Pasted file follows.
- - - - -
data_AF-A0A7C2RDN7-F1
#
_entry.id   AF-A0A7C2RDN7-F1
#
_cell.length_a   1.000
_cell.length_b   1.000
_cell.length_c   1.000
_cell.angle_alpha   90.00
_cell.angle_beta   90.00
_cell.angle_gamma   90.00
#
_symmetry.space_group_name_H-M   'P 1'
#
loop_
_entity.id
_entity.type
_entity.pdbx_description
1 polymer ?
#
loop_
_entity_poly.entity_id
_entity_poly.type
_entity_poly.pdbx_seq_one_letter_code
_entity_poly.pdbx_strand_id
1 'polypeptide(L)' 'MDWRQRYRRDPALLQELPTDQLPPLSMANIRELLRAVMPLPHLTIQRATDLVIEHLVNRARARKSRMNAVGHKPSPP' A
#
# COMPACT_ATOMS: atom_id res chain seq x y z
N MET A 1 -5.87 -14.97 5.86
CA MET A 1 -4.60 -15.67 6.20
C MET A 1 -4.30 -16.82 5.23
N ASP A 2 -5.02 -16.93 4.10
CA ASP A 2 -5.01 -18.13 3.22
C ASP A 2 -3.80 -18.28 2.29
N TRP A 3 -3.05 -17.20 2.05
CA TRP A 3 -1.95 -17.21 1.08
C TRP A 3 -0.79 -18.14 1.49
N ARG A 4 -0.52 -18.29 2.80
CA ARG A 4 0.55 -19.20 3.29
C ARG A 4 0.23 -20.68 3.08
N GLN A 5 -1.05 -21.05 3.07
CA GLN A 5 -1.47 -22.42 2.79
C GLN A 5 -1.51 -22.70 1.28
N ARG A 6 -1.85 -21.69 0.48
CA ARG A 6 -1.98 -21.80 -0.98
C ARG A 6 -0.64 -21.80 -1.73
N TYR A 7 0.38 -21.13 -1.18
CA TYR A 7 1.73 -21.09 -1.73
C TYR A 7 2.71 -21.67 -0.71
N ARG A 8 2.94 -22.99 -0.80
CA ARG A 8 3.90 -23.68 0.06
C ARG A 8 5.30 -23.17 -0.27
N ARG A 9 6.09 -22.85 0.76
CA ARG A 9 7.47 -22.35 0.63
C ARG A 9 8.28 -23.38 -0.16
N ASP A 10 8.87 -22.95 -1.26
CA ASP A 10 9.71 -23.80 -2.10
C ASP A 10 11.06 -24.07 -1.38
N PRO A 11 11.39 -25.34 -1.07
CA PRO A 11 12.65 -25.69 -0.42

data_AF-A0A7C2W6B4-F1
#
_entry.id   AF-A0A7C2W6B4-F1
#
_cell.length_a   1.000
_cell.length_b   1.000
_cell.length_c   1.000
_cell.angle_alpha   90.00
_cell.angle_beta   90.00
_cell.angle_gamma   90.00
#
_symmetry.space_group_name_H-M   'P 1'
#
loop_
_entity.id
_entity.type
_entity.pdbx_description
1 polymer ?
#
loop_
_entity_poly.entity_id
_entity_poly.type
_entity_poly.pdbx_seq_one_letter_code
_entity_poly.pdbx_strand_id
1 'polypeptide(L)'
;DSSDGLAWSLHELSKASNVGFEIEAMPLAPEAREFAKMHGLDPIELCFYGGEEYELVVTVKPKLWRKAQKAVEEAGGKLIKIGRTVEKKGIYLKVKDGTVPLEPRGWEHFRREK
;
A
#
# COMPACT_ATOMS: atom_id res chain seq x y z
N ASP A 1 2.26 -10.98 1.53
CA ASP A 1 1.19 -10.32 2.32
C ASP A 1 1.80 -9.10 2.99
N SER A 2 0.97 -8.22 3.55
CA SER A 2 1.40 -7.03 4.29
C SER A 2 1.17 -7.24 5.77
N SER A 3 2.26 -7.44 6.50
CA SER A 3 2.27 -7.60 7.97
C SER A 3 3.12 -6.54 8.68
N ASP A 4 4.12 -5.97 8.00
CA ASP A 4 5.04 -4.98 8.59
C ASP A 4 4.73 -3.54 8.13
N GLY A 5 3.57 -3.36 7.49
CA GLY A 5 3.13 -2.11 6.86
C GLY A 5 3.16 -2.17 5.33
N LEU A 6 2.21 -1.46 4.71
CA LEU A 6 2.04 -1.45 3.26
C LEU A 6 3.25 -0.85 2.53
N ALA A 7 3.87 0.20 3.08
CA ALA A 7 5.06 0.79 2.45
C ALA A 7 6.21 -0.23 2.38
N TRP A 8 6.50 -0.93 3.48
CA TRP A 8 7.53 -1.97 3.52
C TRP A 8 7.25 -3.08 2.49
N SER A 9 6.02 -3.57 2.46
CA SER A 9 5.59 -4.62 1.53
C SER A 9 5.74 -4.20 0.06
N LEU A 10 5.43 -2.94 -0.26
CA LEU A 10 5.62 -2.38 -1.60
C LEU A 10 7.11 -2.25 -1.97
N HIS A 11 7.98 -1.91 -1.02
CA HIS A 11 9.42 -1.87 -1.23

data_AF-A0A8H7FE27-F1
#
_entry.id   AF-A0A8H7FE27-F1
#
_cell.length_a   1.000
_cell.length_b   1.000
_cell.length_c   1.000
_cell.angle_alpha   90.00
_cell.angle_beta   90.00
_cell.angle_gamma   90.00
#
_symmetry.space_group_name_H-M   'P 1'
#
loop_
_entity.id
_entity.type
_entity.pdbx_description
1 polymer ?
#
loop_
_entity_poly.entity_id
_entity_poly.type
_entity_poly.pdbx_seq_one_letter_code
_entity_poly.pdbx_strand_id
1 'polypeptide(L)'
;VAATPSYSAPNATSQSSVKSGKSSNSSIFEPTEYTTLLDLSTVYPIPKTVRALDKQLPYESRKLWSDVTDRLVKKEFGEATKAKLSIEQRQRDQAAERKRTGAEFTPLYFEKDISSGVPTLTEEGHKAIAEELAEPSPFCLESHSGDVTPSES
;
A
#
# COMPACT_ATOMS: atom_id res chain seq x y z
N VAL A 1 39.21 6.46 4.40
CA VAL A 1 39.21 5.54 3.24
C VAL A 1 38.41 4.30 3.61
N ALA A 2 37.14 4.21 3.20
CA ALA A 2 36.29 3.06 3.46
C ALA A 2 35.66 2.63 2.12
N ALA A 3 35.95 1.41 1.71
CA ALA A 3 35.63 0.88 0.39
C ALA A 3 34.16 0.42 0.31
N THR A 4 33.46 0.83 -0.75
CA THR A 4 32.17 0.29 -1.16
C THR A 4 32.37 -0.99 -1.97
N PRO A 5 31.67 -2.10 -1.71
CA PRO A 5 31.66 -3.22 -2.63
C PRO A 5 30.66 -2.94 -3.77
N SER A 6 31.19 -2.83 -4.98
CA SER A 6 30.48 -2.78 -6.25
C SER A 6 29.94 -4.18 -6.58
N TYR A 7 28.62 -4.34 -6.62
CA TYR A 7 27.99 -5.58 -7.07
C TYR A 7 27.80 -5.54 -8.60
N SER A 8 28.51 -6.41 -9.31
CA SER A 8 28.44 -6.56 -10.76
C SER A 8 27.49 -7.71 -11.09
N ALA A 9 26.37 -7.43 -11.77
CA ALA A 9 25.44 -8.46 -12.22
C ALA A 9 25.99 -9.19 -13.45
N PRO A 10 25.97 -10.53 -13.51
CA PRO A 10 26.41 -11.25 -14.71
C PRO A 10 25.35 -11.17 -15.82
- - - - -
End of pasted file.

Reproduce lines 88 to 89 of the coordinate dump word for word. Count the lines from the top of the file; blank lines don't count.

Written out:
#
# COMPACT_ATOMS: atom_id res chain seq x y z